With an ageing population, cancer cases predicted to increase from 17 million to 30 million by 2040 and rising levels of overweight and obesity, it’s never been more important to focus on cancer prevention. Over 40% of cancers could be prevented if we all lived healthy lifestyles, including maintaining a healthy weight, being physically active and eating a healthy diet.
But what does this mean in practice? Every day we’re bombarded with information about what’s healthy and what isn’t. It can be confusing and seem contradictory: what’s missing is the context – how do all the disparate pieces fit together to make a coherent picture?
That’s where our Global Cancer Update Programme, formerly known as the Continuous Update Project, comes in. This huge undertaking pulls the puzzle pieces together to show how what we eat, what we weigh and how active we are all affect our risk of cancer. The Expert Panel overseeing the process then use that information to develop Recommendations for Cancer Prevention.
A while back I wrote about how this work was moving into a new and exciting phase of development. This new phase has now started and the programme has changed in a number of ways. It’s more:
- targeted – looking at specific research questions such as early life exposures and their impact on cancer risk later in life.
- collaborative – to increase the reach and scope of the work a number of collaborations with leading international research groups will take place that focus on specific areas such as dietary patterns and the life course.
- efficient – we are shifting from reviewing all risk factors for every cancer to systematically scanning the evidence to identify which topics are likely to be the most fruitful areas of detailed study. Integrating more automation into the review process will be central to this.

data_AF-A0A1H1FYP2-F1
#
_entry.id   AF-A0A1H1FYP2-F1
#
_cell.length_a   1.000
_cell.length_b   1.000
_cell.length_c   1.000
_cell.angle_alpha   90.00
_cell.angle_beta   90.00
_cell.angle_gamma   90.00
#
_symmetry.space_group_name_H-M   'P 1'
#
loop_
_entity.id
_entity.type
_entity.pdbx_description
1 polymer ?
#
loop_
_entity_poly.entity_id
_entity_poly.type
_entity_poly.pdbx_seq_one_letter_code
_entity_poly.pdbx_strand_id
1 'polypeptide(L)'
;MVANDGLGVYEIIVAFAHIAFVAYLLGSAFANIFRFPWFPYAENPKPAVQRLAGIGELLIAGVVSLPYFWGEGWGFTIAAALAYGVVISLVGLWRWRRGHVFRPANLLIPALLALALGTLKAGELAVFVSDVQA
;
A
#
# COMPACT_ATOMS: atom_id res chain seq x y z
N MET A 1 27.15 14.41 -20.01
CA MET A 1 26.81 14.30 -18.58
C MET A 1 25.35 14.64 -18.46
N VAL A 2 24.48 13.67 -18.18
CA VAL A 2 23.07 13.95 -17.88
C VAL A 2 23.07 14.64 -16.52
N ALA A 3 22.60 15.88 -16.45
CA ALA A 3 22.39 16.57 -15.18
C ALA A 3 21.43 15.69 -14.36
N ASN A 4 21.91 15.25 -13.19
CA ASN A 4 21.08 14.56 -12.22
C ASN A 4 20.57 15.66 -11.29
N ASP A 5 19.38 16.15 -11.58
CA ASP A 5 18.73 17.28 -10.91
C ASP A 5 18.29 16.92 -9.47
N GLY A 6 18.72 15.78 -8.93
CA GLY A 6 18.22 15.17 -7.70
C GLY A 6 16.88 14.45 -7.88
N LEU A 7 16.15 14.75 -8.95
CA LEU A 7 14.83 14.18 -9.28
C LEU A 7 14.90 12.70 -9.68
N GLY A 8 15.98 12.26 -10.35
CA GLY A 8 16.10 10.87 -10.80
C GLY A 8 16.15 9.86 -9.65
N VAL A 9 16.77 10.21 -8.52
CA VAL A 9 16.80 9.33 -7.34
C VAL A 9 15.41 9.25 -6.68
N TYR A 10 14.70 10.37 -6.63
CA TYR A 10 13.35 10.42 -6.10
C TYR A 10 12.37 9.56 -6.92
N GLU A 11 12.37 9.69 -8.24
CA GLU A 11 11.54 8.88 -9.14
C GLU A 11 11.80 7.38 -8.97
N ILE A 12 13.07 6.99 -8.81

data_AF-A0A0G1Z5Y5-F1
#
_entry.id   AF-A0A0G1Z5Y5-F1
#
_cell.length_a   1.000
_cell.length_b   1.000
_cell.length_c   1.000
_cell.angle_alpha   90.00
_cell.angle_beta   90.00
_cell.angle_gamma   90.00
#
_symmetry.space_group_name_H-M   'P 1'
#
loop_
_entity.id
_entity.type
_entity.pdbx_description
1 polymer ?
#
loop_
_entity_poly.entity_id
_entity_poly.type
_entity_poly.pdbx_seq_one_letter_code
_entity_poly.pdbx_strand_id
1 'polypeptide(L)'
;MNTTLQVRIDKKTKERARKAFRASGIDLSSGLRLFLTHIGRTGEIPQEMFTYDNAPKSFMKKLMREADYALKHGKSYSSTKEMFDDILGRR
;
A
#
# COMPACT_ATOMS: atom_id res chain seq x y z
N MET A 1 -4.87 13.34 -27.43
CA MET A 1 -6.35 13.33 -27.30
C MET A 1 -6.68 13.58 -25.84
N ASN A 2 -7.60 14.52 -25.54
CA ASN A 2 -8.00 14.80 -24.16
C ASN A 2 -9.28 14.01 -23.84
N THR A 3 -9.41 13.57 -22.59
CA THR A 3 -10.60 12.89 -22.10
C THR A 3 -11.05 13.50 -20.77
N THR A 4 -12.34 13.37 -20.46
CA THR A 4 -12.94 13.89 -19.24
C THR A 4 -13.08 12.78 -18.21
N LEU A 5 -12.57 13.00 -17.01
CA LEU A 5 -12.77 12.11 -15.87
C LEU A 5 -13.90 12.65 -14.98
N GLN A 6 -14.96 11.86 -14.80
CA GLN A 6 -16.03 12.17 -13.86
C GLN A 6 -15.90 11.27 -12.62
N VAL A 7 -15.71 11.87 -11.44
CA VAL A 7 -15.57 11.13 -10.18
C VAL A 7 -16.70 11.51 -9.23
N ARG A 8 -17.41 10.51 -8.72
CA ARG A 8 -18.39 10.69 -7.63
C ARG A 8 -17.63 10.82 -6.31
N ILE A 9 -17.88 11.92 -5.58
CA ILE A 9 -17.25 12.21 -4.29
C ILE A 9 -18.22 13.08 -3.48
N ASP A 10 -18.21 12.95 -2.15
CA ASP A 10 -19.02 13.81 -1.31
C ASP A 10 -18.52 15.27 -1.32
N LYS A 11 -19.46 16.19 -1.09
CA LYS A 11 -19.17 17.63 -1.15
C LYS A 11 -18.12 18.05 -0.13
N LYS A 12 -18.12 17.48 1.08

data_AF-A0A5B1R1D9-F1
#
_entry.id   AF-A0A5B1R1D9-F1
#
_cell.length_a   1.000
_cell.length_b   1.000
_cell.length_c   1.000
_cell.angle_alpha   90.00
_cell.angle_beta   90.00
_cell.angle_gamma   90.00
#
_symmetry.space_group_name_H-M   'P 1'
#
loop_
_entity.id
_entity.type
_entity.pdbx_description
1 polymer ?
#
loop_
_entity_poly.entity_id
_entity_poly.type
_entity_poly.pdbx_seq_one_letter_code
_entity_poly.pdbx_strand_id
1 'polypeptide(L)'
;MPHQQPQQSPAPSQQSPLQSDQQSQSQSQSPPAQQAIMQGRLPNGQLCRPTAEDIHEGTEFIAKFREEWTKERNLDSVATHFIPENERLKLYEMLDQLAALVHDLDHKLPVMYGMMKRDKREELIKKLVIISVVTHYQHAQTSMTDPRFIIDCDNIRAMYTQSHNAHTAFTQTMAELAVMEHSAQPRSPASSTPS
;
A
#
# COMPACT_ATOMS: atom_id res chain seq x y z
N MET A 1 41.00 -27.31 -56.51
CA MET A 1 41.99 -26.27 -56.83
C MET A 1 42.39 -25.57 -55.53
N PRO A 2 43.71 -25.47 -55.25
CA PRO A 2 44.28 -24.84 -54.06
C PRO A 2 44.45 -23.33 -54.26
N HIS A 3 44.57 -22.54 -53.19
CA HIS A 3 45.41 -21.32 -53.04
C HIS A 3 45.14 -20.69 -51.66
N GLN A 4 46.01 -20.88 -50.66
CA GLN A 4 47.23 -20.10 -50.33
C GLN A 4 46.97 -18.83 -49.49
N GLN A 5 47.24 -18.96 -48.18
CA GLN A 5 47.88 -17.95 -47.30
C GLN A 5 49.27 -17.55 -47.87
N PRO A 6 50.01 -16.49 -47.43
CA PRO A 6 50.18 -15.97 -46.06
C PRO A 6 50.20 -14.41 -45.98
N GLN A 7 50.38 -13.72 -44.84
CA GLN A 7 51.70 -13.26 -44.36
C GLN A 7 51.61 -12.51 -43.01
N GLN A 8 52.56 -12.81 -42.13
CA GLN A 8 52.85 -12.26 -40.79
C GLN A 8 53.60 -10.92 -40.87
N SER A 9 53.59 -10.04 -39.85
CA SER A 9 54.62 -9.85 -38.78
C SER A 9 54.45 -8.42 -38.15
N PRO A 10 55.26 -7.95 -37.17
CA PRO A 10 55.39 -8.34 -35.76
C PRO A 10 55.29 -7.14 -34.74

- inclusive – in addition to looking at cancer prevention, the work will expand to encompass cancer survivors. With improved diagnosis and treatment the good news is that there is a growing population of people living with and beyond cancer. The Global Cancer Update Programme will help us to understand how diet, nutrition and physical activity can improve long-term health and prolong survival after a cancer diagnosis.
There are four major themes to the work:
1. Cancer incidence
Looking at how a wide range of factors relating to diet, nutrition and physical activity as well as patterns of diet and lifestyle can affect cancer risk – either through decreasing risk or increasing it.
2. Cancer survivors
Focusing on the impact of diet, nutrition and physical activity on long-term health (cancer and non-cancer related morbidity, mortality and quality of life) after a cancer diagnosis. As part of this, we will look to determine for the first time the impact of diet, nutrition and physical activity on childhood cancer survivors.
3. Cancer mechanisms
Understanding the biological processes that underpin the links between diet, nutrition and physical activity and cancer.
Ensuring previous work in relation to overweight and obesity remains up to date, given its critical role in increasing the risk of many cancer types. In addition, we will explore whether more specific guidance can be made for preventing obesity in adulthood and early life.
This comprehensive programme of work will allow us to look more deeply at how diet, nutrition and physical activity affect cancer risk and survival. In the next few years, the Global Cancer Update Programme will enable a more sophisticated understanding, with a more personalised approach to cancer prevention and survival than ever before.